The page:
CLEVELAND PRIEST SAYS HE CONFRONTED U.S. OFFICIALS WHO TURNED A BLIND EYE TO PRACTICE
Author: JIM QUINN, Beacon Journal staff writer
The search for stolen children is leading investigators to Northeast Ohio, where hundreds of families adopted children during the Salvadoran civil war.
"I think parents have a valid reason to be concerned," said Tom Craig, whose adopted daughter Gina was discovered by her biological parents. "It's especially valid in this area because the Cleveland diocese was so involved in El Salvador."
Pat Burns, a spokeswoman for the Kent-based group that arranged local Salvadoran adoptions, said she has already heard from parents alarmed by what happened to the Craigs. "It's taking me some time to absorb all this," Burns said. "I feel certain that the vast majority of parents have nothing to worry about."
The biological mother and aunt of a boy who died two years ago while in the care of his adopted mother decried the state's foster care system Friday. A judge delayed a sentencing hearing to examine additional evidence.
"The system continuously keeps failing," said Donna Ramos, the sister of Vickie Lynn Moghaghab, mother of Kameron Bright.Ramos said foster care officials should have recognized warning signs after several people allegedly reported the family for child abuse.
The 3-year-old died as a result of massive skull injuries at the home of Darlene W. Bright, the boy's legally adoptive mother. West Valley police and investigators presented probable cause evidence to charge Bright with first-degree murder charges and a judge deemed the case triable.
In March, Bright pleaded guilty to a reduced crime of one count of child abuse homicide, a third-degree felony. She faces a possible sentence of zero-to-five years in prison.
The Arizona Daily Star
Author: Associated Press
Dateline: SAN SALVADOR, El Salvador
Early this year, Jose Lainz's family showed up at an office here to plead for help finding their daughter, Imelda, kidnapped by the army in 1984 at the height of El Salvador's civil war.
On Thursday, 12 years of separation ended when the girl - now a 17-year-old American known as Gina Marie Craig - was reunited with her natural parents in their village of Los Cocos, a 90-minute drive east of the capital, San Salvador.
``I feel very good about this reunion, because it's been a long and difficult process,'' said Dr. Robert Kirschner of Physicians for Human Rights, the Boston-based group that performed the DNA testing linking Gina to her family.
``These children have a right to know about their natural families, and the families have a right to know where their children are,'' he said in a telephone interview yesterday.
Gina is the first American adoptee to be reunited with a Salvadoran family under a program that has already seen several reunions of Salvadoran families over the past year.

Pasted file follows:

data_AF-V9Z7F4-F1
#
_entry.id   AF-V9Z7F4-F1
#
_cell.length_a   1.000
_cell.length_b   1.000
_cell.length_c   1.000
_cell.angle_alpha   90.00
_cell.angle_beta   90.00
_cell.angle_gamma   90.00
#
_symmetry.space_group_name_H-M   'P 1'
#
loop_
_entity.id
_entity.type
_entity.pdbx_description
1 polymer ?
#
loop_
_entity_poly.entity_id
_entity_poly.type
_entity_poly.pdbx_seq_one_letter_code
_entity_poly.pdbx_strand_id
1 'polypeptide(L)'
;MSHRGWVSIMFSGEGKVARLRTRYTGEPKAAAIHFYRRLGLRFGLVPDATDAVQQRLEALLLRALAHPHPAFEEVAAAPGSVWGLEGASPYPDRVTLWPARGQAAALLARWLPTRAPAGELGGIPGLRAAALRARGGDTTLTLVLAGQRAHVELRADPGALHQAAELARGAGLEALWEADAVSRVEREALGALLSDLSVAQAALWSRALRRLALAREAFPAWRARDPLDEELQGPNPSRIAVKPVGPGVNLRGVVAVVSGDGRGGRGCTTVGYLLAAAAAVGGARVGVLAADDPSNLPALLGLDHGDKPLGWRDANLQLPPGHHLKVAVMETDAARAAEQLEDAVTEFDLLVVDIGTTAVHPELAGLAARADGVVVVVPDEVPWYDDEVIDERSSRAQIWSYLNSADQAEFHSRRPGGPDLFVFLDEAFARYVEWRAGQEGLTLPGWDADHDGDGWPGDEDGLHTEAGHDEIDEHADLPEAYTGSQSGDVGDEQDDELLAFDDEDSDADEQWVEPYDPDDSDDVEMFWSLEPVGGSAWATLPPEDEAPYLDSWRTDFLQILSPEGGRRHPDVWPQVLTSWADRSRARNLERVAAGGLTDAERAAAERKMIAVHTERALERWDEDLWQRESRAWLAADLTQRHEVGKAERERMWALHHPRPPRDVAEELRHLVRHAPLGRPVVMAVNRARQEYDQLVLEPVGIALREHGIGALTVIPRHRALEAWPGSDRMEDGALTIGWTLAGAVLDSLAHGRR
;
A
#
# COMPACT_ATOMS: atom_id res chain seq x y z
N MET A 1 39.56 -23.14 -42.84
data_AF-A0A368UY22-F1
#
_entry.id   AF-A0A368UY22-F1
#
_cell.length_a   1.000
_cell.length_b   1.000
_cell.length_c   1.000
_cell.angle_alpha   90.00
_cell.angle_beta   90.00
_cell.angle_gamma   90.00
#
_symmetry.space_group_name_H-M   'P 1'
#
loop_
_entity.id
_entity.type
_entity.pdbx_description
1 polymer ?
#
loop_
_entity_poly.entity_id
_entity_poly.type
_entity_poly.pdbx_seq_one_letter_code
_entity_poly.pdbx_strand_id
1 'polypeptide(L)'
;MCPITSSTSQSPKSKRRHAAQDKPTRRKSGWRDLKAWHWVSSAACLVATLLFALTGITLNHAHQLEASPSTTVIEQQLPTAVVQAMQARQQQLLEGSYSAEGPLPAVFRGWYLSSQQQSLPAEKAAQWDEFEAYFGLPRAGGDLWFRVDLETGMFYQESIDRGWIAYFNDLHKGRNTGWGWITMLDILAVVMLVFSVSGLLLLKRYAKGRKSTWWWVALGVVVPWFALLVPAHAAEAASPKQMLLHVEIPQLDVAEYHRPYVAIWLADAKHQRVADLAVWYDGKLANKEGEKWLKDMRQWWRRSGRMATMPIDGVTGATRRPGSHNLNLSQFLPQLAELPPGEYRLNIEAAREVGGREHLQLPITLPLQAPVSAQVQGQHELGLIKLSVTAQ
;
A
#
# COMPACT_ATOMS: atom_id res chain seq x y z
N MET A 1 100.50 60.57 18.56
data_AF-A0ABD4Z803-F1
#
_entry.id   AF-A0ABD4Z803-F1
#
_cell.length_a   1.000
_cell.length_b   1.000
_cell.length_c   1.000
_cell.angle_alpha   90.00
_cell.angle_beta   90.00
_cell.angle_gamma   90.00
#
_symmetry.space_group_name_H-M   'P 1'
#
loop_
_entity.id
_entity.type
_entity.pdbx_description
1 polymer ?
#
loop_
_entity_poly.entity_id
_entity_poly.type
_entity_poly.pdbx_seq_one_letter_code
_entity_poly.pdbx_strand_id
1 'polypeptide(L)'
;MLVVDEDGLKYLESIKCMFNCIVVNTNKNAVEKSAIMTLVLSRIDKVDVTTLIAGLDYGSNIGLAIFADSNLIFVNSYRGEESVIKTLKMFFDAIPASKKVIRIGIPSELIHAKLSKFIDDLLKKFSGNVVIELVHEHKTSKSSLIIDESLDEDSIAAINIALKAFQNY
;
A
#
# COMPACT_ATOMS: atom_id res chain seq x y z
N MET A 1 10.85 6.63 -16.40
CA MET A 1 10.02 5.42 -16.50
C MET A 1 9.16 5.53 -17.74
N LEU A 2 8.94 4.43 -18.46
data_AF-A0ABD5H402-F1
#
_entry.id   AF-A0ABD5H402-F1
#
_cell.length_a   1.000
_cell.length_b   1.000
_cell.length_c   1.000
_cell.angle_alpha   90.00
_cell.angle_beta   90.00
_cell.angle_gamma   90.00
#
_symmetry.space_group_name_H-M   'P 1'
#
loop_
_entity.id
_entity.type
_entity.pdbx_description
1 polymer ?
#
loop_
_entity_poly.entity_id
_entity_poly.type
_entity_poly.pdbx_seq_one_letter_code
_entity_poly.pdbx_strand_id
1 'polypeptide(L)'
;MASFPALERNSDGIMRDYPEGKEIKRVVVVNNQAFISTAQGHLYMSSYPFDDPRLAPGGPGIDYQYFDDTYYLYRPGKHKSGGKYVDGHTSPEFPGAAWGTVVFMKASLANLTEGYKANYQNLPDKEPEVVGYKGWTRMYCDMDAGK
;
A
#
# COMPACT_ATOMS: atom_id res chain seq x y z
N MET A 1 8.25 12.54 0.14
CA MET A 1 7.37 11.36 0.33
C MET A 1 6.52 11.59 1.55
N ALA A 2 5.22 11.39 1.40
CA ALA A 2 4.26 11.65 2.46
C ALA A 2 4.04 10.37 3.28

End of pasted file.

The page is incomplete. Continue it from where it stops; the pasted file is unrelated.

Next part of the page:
LOS COCOS, El Salvador -- In a reunion filled with joyful tears and awkward silences, a 17-year-old Ohio girl who speaks only English yesterday embraced her biological parents, poor Salvadoran farmers who had not seen their daughter since soldiers seized her from a rebel field hospital 12 years ago.
"My daughter! My love!" cried Jose Lainez, as he and his wife Victoria -- along with their six other children -- enveloped their daughter Imelda in the middle of the asphalt lane that splits the mud-and-stick homes of this tiny community.
The girl, a high school senior, is known as Gina Marie Craig in the Akron, Ohio suburb where she grew up. Taken by soldiers when she was 6, she was declared "morally and materially abandoned" by a Salvadoran judge, then adopted by an American couple who believed that her parents had been killed until DNA testing proved otherwise last month.
Sandy Springs woman banned from arranging adoptions in Georgia is named by British couple as their link to a Guatemalan lawyer some call the `baby bandit.' The couple also charges she gave them a `shopping list' of children.
The Atlanta Journal and The Atlanta Constitution
A Fulton County woman banned from brokering private adoptions in Georgia and Florida is in business through a South Carolina storefront and a childless British couple says she led them on an intercontinental odyssey to a notorious Guatemalan lawyer and a "baby farm."
The couple's claims about the Sandy Springs woman, Lya Sorano, are being investigated by Georgia authorities to determine if Sorano has violated the terms under which her licenses to arrange adoptions in Georgia and Florida were revoked seven years ago.
"If we find evidence that she is operating as a child-placing agency in violation of a previous 1989 court order, then she may be in contempt of that order and punished accordingly," Attorney General Mike Bowers said.
THEY WERE SEPARATED FROM THEIR FAMILIES A DECADE AGO.
NOW, `DISAPPEARED' SALVADORAN CHILDREN SUCH AS GINA (ABOVE) ARE SURFACING IN THE US.
Author: Steve Fainaru, Globe Staff
AKRON, Ohio -- Resplendent in a white sweater and a gold Nike necklace that was a gift from her boyfriend, Gina got her picture taken at K Mart recently -- a portrait of an American teen-ager. She sent the photo to El Salvador, where it now hangs in the mud-and-sticks dwelling of Jose and Victoria Lainez.